Six tests for campaigners to assess the new planning bill

6th July 2021

CPRE has joined forces with a wide-ranging group of wildlife, heritage and planning organisations to urge the government to change the proposed planning ‘reforms’ to make people and nature the priority.

Featured in the Times today, our ‘6 tests for planning’ uses the governments own words from their Planning White Paper as a checklist to assess whether the Planning Bill announced in the Queen’s Speech will deliver.

We know good planning can provide nature-friendly, low carbon, affordable homes with people’s health and well-being at the forefront – now we’re calling on the government to follow through with a Bill that really will deliver.

 

Our 6 areas on the scorecard, to be awarded amber, green or red, are:-

  • Local democracy: retain and enhance genuine and accessible community participation and accountability throughout the planning process in all areas – 81 Neighbourhood Plans have been made/adopted in Herefordshire and all the participants deserve for their choices to be respected;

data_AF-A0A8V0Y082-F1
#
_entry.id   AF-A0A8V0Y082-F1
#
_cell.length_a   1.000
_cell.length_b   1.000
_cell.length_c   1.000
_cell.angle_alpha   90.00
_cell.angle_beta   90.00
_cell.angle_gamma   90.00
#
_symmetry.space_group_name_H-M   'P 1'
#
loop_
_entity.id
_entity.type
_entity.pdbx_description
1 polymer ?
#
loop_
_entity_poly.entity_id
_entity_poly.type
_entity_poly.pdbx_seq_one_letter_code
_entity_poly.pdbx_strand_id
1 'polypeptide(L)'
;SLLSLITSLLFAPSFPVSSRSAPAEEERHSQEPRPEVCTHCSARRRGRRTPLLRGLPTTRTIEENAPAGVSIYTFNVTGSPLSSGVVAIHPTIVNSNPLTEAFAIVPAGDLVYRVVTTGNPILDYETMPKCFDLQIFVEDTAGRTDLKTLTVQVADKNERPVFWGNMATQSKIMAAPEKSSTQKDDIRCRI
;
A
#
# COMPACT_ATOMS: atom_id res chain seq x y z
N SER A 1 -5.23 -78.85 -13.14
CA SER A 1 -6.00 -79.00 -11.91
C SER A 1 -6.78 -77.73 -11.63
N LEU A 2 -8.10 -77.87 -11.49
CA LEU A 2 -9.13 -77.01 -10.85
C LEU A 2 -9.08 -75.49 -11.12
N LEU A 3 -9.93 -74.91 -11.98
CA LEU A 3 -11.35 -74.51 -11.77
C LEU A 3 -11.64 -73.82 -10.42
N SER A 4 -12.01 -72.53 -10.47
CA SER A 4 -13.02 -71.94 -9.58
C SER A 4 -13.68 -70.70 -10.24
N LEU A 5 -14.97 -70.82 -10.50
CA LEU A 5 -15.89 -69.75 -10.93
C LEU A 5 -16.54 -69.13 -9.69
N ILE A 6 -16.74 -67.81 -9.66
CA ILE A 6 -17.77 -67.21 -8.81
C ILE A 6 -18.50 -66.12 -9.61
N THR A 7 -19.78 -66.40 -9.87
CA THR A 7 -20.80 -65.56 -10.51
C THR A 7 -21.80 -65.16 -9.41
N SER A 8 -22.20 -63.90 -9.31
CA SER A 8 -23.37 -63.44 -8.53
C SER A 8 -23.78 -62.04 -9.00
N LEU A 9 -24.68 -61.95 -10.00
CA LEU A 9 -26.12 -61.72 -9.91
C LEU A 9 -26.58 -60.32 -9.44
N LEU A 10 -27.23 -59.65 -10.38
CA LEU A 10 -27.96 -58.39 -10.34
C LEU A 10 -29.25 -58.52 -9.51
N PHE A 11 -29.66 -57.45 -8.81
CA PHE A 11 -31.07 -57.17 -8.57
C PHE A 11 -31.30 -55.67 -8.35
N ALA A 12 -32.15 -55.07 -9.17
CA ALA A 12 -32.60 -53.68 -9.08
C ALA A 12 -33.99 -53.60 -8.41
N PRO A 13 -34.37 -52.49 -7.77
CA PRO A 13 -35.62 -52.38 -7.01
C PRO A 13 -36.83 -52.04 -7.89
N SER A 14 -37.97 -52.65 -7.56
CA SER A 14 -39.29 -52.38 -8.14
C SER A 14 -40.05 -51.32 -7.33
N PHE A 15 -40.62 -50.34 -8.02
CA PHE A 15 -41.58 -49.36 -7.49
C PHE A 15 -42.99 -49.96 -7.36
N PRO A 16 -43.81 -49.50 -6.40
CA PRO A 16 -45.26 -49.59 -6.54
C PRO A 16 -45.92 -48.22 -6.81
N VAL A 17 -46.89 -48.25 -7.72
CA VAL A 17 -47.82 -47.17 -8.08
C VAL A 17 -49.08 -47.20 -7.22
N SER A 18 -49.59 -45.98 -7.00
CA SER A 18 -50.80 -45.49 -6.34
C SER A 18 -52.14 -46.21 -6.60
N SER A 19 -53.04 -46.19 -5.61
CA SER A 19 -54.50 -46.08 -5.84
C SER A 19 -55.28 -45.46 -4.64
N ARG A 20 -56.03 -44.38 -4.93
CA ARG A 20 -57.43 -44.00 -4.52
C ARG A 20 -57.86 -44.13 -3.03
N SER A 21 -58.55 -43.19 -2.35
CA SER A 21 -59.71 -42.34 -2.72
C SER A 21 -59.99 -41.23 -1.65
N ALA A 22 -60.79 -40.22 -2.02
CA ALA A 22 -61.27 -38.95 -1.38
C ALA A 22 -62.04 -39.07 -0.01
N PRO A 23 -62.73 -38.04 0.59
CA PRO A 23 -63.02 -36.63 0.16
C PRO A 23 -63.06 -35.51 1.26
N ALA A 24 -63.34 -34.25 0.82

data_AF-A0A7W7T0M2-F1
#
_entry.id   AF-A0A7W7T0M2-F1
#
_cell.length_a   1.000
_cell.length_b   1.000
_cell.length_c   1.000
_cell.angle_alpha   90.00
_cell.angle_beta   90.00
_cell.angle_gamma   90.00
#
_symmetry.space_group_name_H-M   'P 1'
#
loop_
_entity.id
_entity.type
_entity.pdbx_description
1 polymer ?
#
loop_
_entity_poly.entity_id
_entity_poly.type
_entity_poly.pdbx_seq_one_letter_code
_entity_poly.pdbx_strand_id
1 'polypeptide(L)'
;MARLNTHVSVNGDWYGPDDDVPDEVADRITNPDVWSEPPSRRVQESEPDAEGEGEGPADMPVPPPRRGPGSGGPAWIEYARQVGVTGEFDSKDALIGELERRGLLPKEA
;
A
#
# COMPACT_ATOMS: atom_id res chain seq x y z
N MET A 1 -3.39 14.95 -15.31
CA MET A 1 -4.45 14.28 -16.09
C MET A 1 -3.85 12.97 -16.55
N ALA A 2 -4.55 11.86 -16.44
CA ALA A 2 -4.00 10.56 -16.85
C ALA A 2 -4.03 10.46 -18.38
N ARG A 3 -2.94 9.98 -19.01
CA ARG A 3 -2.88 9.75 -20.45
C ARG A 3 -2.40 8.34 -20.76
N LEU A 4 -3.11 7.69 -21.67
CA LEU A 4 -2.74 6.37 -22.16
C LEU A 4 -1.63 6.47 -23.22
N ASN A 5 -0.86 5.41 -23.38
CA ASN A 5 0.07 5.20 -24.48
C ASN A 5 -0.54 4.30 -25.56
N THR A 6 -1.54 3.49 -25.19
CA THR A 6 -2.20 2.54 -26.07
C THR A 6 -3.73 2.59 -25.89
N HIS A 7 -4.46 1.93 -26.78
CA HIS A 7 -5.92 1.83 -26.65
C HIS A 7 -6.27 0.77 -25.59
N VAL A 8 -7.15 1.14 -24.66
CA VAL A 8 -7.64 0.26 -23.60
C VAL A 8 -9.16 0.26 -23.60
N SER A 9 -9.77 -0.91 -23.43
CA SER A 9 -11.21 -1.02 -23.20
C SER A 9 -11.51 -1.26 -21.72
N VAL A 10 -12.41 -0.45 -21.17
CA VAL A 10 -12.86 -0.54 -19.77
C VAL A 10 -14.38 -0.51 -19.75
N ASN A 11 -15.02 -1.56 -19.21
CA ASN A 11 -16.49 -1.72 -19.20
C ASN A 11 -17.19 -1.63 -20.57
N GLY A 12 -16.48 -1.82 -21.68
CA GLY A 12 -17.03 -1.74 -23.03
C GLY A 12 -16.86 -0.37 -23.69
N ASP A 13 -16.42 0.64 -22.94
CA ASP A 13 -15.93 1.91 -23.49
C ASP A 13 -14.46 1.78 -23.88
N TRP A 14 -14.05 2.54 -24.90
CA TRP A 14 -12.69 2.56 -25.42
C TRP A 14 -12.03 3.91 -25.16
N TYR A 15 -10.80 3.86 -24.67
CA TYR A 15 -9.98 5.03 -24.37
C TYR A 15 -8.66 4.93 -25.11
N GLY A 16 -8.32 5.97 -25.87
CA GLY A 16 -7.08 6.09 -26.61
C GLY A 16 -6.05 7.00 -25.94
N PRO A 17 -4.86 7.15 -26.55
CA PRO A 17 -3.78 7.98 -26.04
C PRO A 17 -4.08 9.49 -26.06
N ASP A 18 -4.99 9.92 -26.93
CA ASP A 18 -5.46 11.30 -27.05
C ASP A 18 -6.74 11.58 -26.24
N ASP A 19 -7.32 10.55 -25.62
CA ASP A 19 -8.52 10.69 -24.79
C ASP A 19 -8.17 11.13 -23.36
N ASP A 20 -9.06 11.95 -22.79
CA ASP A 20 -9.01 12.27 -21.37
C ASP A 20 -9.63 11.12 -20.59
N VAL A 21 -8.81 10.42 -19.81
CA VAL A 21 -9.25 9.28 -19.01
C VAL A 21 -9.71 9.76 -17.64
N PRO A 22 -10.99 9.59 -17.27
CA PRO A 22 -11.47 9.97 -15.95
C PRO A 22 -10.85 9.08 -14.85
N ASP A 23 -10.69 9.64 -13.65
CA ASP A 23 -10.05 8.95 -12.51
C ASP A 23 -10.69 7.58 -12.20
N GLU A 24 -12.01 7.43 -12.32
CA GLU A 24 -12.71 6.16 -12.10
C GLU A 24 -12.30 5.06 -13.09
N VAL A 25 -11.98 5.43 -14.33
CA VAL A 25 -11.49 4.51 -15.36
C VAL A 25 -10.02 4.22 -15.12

• Affordable homes: deliver an evidenced strategy to build affordable homes and provide local authorities with the power to turn down developments which do not deliver affordable housing – lack of affordable housing is as we know a particular problem in rural counties like ours;
  • Climate emergency: Accelerate climate action to meet the UK’s net zero targets and ensure that local planning authorities are empowered to deliver climate-friendly developments;
  • Nature: Protect sites important for biodiversity and nature’s recovery, and require enhancement of nature in all developments;
  • Heritage: The conservation of heritage and designated landscapes are safeguarded against inappropriate development and;
  • Health: Embed human health, wellbeing and equality in the planning system, including priorities for access to natural green space, active travel and reducing air pollution – of particular interest to CPRE Herefordshire is how an enhanced planning system could work to reduce pollution of our rivers.
New development in the countryside
Barbara Bromhead-Wragg